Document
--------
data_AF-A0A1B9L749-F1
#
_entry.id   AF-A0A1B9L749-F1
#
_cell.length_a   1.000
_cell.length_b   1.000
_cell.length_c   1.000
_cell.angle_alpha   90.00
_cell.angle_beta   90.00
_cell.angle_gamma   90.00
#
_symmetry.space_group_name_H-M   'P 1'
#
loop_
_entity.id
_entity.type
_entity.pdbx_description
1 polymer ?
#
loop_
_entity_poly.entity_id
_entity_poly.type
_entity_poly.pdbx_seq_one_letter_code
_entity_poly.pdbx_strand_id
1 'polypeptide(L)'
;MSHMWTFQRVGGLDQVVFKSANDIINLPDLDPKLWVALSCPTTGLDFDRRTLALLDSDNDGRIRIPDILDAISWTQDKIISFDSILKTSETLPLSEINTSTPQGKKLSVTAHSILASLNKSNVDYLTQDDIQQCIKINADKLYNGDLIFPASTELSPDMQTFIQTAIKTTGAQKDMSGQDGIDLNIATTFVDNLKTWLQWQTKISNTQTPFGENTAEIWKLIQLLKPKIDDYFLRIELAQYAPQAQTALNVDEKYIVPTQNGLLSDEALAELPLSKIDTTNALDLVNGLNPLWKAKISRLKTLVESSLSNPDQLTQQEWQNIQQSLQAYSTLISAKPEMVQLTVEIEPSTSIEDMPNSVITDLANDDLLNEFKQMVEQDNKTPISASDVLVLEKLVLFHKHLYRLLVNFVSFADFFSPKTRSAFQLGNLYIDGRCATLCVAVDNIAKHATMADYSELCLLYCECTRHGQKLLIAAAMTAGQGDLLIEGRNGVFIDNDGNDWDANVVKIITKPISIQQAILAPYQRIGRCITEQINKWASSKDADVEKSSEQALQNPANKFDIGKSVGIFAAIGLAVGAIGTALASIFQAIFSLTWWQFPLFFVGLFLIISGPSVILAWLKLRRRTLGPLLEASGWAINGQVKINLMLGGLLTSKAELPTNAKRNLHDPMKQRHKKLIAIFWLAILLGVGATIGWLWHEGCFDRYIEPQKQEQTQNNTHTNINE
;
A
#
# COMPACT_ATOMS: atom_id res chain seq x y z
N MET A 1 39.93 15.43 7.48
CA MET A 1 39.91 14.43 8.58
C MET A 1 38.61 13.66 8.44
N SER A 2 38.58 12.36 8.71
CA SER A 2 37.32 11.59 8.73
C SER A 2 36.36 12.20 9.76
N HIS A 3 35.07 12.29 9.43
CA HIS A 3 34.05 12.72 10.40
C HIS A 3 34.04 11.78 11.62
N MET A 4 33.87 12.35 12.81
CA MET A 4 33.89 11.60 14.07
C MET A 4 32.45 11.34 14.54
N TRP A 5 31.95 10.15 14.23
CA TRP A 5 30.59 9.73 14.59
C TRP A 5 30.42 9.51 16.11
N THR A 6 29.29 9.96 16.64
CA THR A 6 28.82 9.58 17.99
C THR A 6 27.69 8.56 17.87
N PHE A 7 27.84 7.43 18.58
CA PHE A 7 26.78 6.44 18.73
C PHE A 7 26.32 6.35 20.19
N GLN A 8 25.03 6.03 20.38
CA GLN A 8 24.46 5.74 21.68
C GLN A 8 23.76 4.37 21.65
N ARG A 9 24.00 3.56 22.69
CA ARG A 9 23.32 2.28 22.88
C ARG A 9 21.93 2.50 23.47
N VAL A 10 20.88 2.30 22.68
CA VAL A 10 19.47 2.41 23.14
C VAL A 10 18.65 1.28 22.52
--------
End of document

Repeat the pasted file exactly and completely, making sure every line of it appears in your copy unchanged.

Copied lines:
data_AF-A0A1B9L749-F1
#
_entry.id   AF-A0A1B9L749-F1
#
_cell.length_a   1.000
_cell.length_b   1.000
_cell.length_c   1.000
_cell.angle_alpha   90.00
_cell.angle_beta   90.00
_cell.angle_gamma   90.00
#
_symmetry.space_group_name_H-M   'P 1'
#
loop_
_entity.id
_entity.type
_entity.pdbx_description
1 polymer ?
#
loop_
_entity_poly.entity_id
_entity_poly.type
_entity_poly.pdbx_seq_one_letter_code
_entity_poly.pdbx_strand_id
1 'polypeptide(L)'
;MSHMWTFQRVGGLDQVVFKSANDIINLPDLDPKLWVALSCPTTGLDFDRRTLALLDSDNDGRIRIPDILDAISWTQDKIISFDSILKTSETLPLSEINTSTPQGKKLSVTAHSILASLNKSNVDYLTQDDIQQCIKINADKLYNGDLIFPASTELSPDMQTFIQTAIKTTGAQKDMSGQDGIDLNIATTFVDNLKTWLQWQTKISNTQTPFGENTAEIWKLIQLLKPKIDDYFLRIELAQYAPQAQTALNVDEKYIVPTQNGLLSDEALAELPLSKIDTTNALDLVNGLNPLWKAKISRLKTLVESSLSNPDQLTQQEWQNIQQSLQAYSTLISAKPEMVQLTVEIEPSTSIEDMPNSVITDLANDDLLNEFKQMVEQDNKTPISASDVLVLEKLVLFHKHLYRLLVNFVSFADFFSPKTRSAFQLGNLYIDGRCATLCVAVDNIAKHATMADYSELCLLYCECTRHGQKLLIAAAMTAGQGDLLIEGRNGVFIDNDGNDWDANVVKIITKPISIQQAILAPYQRIGRCITEQINKWASSKDADVEKSSEQALQNPANKFDIGKSVGIFAAIGLAVGAIGTALASIFQAIFSLTWWQFPLFFVGLFLIISGPSVILAWLKLRRRTLGPLLEASGWAINGQVKINLMLGGLLTSKAELPTNAKRNLHDPMKQRHKKLIAIFWLAILLGVGATIGWLWHEGCFDRYIEPQKQEQTQNNTHTNINE
;
A
#
# COMPACT_ATOMS: atom_id res chain seq x y z
N MET A 1 39.93 15.43 7.48
CA MET A 1 39.91 14.43 8.58
C MET A 1 38.61 13.66 8.44
N SER A 2 38.58 12.36 8.71
CA SER A 2 37.32 11.59 8.73
C SER A 2 36.36 12.20 9.76
N HIS A 3 35.07 12.29 9.43
CA HIS A 3 34.05 12.72 10.40
C HIS A 3 34.04 11.78 11.62
N MET A 4 33.87 12.35 12.81
CA MET A 4 33.89 11.60 14.07
C MET A 4 32.45 11.34 14.54
N TRP A 5 31.95 10.15 14.23
CA TRP A 5 30.59 9.73 14.59
C TRP A 5 30.42 9.51 16.11
N THR A 6 29.29 9.96 16.64
CA THR A 6 28.82 9.58 17.99
C THR A 6 27.69 8.56 17.87
N PHE A 7 27.84 7.43 18.58
CA PHE A 7 26.78 6.44 18.73
C PHE A 7 26.32 6.35 20.19
N GLN A 8 25.03 6.03 20.38
CA GLN A 8 24.46 5.74 21.68
C GLN A 8 23.76 4.37 21.65
N ARG A 9 24.00 3.56 22.69
CA ARG A 9 23.32 2.28 22.88
C ARG A 9 21.93 2.50 23.47
N VAL A 10 20.88 2.30 22.68
CA VAL A 10 19.47 2.41 23.14
C VAL A 10 18.65 1.28 22.52